A familiar Kurosawa element started in this film: Mifune. His turn in Yojimbo will always be my favorite, there is too much of a personal attachment to that film that I have for that to ever change. This might be my second favorite. His performance in this film is the carrying force. It's a big performance, it's loud, it's theatrical, but he is like a supernova. He goes from howling like a cartoon wolf, slapping around the doctor to looking like Cesare from The Cabinet of Dr. Caligari, stumbling through angled doors. All leading to a final fight scene that seems subdued and over the top at the same time. There is something very poignant about this fight scene and the way they fought all over the room to the hallway to Mifune opening up the window in such a dramatic way.
Loved reading your perspective on, not only Drunken Angel, but of the "stylish motherf*cker", Kurosawa.
__________________
What to do if you find yourself stuck with no hope of rescue:
Consider yourself lucky that life has been good to you so far. Alternatively, if life hasn't been good to you so far, which given your present circumstances seems more likely, consider yourself lucky that it won't be troubling you much longer.



Think you used enough dynamite there, Butch?
Dust in the Wind (Hou Hsao-hsien, 1986)

It's wild how so many movies look so bad when Hsao-hsien and/or his DP can seemingly just point the camera at the thing and it looks incredible every time. Obviously when you have scenery this gorgeous it helps a lot but I'm still so impressed by the seemingly effortless beauty on display. The visuals paired with the quiet bleakness of the plot is such a mood added to by the almost complete absence of music, though it would have been nice if the music that did show up wasn't incredibly lame. The bittersweet acceptance of a cultural it-is-what-it-is-ness really hit home for me and feels like something that will always be relevant. Thoroughly enjoyed this even though I did have a hard time following it at points, though admittedly the copy I drudged up from Russian internet had some awful subs.

And now, I've officially finished my first HoF. Clap plz.



Dust in the Wind (Hou Hsao-hsien, 1986)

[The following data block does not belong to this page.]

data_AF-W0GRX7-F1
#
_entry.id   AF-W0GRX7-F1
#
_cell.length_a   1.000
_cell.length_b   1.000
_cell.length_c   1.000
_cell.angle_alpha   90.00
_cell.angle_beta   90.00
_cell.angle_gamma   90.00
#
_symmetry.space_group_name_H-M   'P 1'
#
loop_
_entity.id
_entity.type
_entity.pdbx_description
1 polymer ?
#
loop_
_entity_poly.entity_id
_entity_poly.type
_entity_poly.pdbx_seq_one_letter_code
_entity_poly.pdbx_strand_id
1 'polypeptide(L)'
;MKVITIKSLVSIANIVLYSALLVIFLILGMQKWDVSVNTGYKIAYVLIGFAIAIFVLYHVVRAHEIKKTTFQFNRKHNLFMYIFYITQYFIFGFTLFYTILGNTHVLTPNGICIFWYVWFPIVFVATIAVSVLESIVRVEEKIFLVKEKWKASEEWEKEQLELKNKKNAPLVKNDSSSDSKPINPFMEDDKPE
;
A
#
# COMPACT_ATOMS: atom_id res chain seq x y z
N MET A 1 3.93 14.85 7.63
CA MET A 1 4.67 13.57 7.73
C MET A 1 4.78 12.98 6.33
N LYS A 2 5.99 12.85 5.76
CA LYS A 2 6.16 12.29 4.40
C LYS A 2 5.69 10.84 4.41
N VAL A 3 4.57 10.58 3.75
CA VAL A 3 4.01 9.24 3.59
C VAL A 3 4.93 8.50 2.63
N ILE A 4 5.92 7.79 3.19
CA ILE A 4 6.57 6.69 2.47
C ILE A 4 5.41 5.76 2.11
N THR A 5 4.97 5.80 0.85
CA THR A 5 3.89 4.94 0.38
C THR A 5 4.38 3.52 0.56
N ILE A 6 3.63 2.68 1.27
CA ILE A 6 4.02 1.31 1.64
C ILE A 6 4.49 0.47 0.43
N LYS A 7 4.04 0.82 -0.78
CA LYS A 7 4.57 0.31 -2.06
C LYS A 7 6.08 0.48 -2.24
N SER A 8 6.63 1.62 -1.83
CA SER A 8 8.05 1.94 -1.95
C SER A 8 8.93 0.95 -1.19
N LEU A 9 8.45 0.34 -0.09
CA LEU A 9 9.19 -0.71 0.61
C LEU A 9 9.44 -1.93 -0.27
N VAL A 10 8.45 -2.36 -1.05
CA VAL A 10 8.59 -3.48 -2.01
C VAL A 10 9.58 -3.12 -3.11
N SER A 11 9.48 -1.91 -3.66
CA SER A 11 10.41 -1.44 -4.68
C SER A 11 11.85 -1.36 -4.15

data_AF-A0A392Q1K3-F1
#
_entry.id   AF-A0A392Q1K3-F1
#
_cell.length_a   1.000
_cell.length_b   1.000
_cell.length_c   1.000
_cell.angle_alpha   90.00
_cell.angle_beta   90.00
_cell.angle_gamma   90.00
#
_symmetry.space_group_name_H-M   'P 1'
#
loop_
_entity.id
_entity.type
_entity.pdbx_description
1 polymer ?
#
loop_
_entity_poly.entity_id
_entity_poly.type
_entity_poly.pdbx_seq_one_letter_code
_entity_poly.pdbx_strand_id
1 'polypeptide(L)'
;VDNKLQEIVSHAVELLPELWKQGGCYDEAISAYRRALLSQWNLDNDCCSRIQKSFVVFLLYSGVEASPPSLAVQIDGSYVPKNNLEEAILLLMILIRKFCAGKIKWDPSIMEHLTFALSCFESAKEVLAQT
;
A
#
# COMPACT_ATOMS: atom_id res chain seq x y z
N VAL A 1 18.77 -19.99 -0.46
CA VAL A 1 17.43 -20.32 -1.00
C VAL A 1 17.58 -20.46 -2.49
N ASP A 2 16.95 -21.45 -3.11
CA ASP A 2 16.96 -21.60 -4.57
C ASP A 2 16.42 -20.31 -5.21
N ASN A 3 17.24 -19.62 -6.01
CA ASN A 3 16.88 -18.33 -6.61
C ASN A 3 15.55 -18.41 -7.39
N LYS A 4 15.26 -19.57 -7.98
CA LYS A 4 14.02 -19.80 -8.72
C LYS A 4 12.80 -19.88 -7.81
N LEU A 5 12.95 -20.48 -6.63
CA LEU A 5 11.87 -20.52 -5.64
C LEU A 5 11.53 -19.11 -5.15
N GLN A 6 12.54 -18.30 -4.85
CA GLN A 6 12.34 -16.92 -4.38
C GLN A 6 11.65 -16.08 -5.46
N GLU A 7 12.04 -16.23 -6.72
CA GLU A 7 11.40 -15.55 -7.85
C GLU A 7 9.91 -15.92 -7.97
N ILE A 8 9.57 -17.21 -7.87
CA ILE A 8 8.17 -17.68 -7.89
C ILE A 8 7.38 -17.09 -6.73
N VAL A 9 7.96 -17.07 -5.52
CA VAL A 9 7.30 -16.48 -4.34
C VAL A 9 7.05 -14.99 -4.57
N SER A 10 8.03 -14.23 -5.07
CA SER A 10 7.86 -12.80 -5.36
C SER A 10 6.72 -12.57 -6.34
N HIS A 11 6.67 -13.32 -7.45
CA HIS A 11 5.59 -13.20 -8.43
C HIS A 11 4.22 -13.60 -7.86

It's wild how so many movies look so bad when Hsao-hsien and/or his DP can seemingly just point the camera at the thing and it looks incredible every time. Obviously when you have scenery this gorgeous it helps a lot but I'm still so impressed by the seemingly effortless beauty on display. The visuals paired with the quiet bleakness of the plot is such a mood added to by the almost complete absence of music, though it would have been nice if the music that did show up wasn't incredibly lame. The bittersweet acceptance of a cultural it-is-what-it-is-ness really hit home for me and feels like something that will always be relevant. Thoroughly enjoyed this even though I did have a hard time following it at points, though admittedly the copy I drudged up from Russian internet had some awful subs.

And now, I've officially finished my first HoF. Clap plz.








Snake in the Eagles Shadow (1978)


As the person who nominated a Kaiju film I don't want to be to critical of peoples choices but with this one I don't get it. I guess this is a parody of kung fu films, or an intro to Jackie Chan as his first major break through but for me this was a narrative mess.



It's not a bad film, the humor is solid and really the strongest point of the film. The fight scenes are well shot and choreographed well...though really silly. Chan is sympathetic as a janitor and the dojo has some quality elements to it. I just couldn't keep track of the villains, the purpose of the villains. Also a number of characters seemed to leave the story and I had no idea what happened to them. It was just a whole lot of setting up for the next action sequence and it really didn't work for me.



I watched Drunken Angel, which I had seen once before. I feel about the same as I originally did. This is a fine film, but not one of Kurosawa's best. I liked the performances of both Takashi Shimura and Toshirô Mifune. I thought the screenplay was pretty good, but not exceptional. The score was effective and I thought the cinematography was good. This film shows some of Kurosawa's potential and is definitely worth seeing. My rating is a
. And with that I have completed the Asian Hall of Fame. It's been swell, friends.







Drunken Angel (1948)



Drunken Angel tells the story of a hoodlum diagnosed with TB in post war Japan. Kurosawa directs the film and it's stylish but for me I left the film feeling somewhat empty. The problem I have with early Kurosawa is that the budget doesn't exist so the story lacks. A film like this really needs to move out of second gear but it just sort of meanders for most of the second and third acts. The choices of shots are really good and score is solid.


You also have a fairly bad gender imbalance with this one where Okada and Miyo are really just background pieces...prizes for the male leads to win. I also don't know if Kurosawa who the lead of the story is...is this Mifune's story or Shimura's? For me the viewer it just makes me feel disconnected and I didn't really care about any of the characters.